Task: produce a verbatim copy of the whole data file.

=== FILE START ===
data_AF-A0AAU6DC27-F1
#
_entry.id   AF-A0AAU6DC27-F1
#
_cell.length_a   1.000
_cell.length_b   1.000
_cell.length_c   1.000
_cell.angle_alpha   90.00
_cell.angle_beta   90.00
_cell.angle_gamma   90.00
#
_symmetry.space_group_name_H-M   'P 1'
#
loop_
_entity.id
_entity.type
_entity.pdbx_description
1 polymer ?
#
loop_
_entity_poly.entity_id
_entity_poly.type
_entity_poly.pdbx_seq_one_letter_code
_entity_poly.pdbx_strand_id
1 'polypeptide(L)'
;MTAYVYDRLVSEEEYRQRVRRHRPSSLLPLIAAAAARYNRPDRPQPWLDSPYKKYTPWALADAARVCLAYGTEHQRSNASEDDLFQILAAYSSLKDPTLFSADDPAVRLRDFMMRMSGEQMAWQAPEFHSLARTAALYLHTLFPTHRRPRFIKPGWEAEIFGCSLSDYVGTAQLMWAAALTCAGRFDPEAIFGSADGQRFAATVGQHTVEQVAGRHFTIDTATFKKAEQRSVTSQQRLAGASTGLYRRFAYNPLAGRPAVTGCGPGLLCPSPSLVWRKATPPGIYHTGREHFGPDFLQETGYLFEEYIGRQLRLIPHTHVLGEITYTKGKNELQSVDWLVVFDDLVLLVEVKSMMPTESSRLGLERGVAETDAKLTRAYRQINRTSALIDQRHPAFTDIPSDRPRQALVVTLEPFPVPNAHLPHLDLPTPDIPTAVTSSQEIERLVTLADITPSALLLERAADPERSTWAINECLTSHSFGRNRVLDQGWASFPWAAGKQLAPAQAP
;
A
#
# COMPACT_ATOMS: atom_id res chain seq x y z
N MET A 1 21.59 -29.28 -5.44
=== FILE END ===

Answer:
data_AF-A0AAU6DC27-F1
#
_entry.id   AF-A0AAU6DC27-F1
#
_cell.length_a   1.000
_cell.length_b   1.000
_cell.length_c   1.000
_cell.angle_alpha   90.00
_cell.angle_beta   90.00
_cell.angle_gamma   90.00
#
_symmetry.space_group_name_H-M   'P 1'
#
loop_
_entity.id
_entity.type
_entity.pdbx_description
1 polymer ?
#
loop_
_entity_poly.entity_id
_entity_poly.type
_entity_poly.pdbx_seq_one_letter_code
_entity_poly.pdbx_strand_id
1 'polypeptide(L)'
;MTAYVYDRLVSEEEYRQRVRRHRPSSLLPLIAAAAARYNRPDRPQPWLDSPYKKYTPWALADAARVCLAYGTEHQRSNASEDDLFQILAAYSSLKDPTLFSADDPAVRLRDFMMRMSGEQMAWQAPEFHSLARTAALYLHTLFPTHRRPRFIKPGWEAEIFGCSLSDYVGTAQLMWAAALTCAGRFDPEAIFGSADGQRFAATVGQHTVEQVAGRHFTIDTATFKKAEQRSVTSQQRLAGASTGLYRRFAYNPLAGRPAVTGCGPGLLCPSPSLVWRKATPPGIYHTGREHFGPDFLQETGYLFEEYIGRQLRLIPHTHVLGEITYTKGKNELQSVDWLVVFDDLVLLVEVKSMMPTESSRLGLERGVAETDAKLTRAYRQINRTSALIDQRHPAFTDIPSDRPRQALVVTLEPFPVPNAHLPHLDLPTPDIPTAVTSSQEIERLVTLADITPSALLLERAADPERSTWAINECLTSHSFGRNRVLDQGWASFPWAAGKQLAPAQAP
;
A
#
# COMPACT_ATOMS: atom_id res chain seq x y z
N MET A 1 21.59 -29.28 -5.44